Forsea has developed a cell-cultured freshwater eel said to have the same attributes as the real thing.

Forsea serves up its first cell-cultured eel


An Israeli company that aims to create seafood substitutes grown from cells has unveiled its first prototype of a cell-cultivated freshwater eel.

Forsea Foods Ltd said it had successfully replicated the traditional Japanese unagi eel (Anguilla japonica) featuring the same tender, succulent texture, and rich savoury flavour as real eel.

It has been working together with chef Katsumi Kusumoto to create two popular traditional Japanese dishes – unagi kabayaki (marinated grilled eel over rice) and unagi nigiri.

After achieving proof of concept, the company is now looking to scale up production and projects that its inaugural product will be ready for commercial launch in 2025 as it seeks strategic partners in Japan (the largest consumer of freshwater eel) and across Asia.

From left: Forsea team members Roee Nir, Dr Yaniv Elkouby, Dr Iftach Nachman, and Dr Moria Shimoni.

Forsea says overfishing of eels has led to them becoming endangered. The popularity of eel meat in Asia, Europe, and the US likewise poses significant challenges for suppliers who struggle to keep up with the surging demand. This leads to supply bottlenecks, illegal trade, and high prices.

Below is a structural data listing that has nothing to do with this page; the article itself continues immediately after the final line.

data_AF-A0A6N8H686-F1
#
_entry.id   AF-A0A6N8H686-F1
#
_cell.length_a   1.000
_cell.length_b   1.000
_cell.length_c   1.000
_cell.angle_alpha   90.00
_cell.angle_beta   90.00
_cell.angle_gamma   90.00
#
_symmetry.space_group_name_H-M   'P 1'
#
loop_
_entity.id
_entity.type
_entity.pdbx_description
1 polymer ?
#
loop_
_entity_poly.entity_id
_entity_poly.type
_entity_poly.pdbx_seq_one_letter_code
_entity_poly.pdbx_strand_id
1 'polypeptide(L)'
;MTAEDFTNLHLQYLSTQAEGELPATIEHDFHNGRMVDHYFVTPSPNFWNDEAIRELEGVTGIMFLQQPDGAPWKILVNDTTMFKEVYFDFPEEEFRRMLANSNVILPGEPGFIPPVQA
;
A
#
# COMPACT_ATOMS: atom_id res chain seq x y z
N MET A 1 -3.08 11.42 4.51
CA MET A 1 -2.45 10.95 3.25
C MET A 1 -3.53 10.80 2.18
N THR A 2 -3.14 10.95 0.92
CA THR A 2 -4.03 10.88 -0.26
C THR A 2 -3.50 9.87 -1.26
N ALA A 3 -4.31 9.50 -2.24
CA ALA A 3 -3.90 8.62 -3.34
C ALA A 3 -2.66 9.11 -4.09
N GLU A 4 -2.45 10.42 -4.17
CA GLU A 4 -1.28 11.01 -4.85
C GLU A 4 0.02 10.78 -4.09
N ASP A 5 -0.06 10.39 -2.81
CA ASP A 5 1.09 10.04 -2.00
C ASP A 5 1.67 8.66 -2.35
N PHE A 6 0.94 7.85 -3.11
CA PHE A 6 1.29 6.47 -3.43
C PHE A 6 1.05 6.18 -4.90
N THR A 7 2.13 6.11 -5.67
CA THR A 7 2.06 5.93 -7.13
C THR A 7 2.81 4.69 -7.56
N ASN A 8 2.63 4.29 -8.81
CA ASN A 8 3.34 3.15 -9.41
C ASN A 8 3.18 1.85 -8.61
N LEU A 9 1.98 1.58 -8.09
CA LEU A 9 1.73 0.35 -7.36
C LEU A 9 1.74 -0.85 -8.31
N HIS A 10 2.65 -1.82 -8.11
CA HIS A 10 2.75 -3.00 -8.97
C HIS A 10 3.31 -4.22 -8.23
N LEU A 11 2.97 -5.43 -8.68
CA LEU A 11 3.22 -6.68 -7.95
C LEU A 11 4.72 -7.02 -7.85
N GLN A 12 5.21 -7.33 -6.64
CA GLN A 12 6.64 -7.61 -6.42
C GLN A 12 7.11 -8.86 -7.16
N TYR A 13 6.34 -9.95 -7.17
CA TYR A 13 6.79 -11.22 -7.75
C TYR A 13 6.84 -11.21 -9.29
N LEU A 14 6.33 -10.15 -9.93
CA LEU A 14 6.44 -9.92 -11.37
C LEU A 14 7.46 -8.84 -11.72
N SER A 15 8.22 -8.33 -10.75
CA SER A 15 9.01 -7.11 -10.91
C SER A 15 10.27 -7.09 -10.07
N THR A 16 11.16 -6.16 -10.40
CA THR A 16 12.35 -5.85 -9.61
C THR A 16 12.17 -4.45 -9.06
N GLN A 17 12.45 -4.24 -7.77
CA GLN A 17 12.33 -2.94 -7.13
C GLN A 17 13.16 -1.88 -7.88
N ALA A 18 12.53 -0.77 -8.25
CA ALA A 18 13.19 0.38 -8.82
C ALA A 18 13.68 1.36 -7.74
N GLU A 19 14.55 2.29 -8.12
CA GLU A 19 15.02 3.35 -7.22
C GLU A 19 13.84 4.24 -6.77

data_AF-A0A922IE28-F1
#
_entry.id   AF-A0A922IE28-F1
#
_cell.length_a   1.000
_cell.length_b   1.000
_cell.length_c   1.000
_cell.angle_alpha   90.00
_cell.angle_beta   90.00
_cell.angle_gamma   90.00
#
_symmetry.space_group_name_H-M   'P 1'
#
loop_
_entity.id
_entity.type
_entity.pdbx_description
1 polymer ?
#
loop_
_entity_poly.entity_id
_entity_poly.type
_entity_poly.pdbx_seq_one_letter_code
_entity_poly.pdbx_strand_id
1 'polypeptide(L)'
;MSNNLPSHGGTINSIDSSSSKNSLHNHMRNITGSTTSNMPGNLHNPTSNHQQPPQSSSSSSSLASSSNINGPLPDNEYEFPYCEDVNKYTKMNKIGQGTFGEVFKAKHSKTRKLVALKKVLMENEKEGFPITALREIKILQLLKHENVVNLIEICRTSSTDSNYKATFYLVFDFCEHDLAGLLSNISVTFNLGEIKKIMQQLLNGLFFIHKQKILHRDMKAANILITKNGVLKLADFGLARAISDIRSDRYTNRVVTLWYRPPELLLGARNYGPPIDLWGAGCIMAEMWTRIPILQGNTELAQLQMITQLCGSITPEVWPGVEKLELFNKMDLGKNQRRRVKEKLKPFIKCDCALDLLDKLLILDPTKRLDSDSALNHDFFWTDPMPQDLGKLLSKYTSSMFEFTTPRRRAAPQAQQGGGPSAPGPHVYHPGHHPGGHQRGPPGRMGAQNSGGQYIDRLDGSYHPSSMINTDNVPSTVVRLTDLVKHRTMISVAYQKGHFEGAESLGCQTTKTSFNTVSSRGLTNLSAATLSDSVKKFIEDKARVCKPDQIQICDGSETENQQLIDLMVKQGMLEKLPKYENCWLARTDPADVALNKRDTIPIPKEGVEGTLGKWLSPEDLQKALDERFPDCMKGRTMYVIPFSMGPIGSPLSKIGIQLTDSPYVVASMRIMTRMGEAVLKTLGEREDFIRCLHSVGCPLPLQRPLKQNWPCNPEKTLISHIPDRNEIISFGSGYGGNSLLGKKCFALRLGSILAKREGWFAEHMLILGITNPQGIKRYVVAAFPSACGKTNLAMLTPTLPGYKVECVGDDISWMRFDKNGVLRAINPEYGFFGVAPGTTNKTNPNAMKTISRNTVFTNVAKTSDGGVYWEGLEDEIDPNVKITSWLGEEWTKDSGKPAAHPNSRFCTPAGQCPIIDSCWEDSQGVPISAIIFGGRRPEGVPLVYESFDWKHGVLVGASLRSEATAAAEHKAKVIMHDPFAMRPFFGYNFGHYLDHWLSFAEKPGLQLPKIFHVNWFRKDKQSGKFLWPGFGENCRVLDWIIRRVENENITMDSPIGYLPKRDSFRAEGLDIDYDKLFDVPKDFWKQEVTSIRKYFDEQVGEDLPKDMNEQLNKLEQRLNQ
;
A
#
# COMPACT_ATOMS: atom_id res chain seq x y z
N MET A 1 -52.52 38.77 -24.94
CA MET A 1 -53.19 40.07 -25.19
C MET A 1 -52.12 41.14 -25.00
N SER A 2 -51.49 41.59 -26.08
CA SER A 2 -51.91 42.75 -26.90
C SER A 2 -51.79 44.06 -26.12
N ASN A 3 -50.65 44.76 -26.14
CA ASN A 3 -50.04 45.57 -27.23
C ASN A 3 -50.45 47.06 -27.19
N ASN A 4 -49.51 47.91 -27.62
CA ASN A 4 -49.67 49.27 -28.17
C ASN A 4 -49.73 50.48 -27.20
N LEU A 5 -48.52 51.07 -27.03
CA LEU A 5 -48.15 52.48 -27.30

“This milestone marks a major leap in our journey to deliver delicious cultured seafood products,” said Forsea’s chief executive and co-founder, Roee Nir. “Forsea is pioneering the fusion of traditional, high-quality Asian cuisine with groundbreaking technology to create the world’s first cultured unagi - one that will provide the consumer with a genuine seafood experience without putting further strain on aquatic life.”

Chef Katsumi Kusumoto has collaborated with Forsea to deliver "unagi indulgence with a clear eco-conscience".

Kusumoto said: “Unagi is an enduring favourite in Japan. Its timeless appeal, however, is impacted by a growing awareness among the Japanese population of the need to take a more sustainable approach.”

He added that cell-cultured eel would enable him to “deliver the traditional unagi indulgence with a clear eco-conscience”.

No scaffold

Forsea’s proprietary method allows for the crafting of 3D microtissues composed of fat and muscle. These spontaneously differentiate into edible cells, mimicking the natural process of cell formation. The cell lines self-organise into tissue structures without the need for a "scaffold", simplifying the production process, and enhancing scalability.

The company says this approach should effectively overcome major industry challenges and will ease some of the supply bottlenecks for eel meat. The proprietary practice also allows for the efficient and cost-effective production of cultivated meat by significantly decreasing reliance on costly growth factors.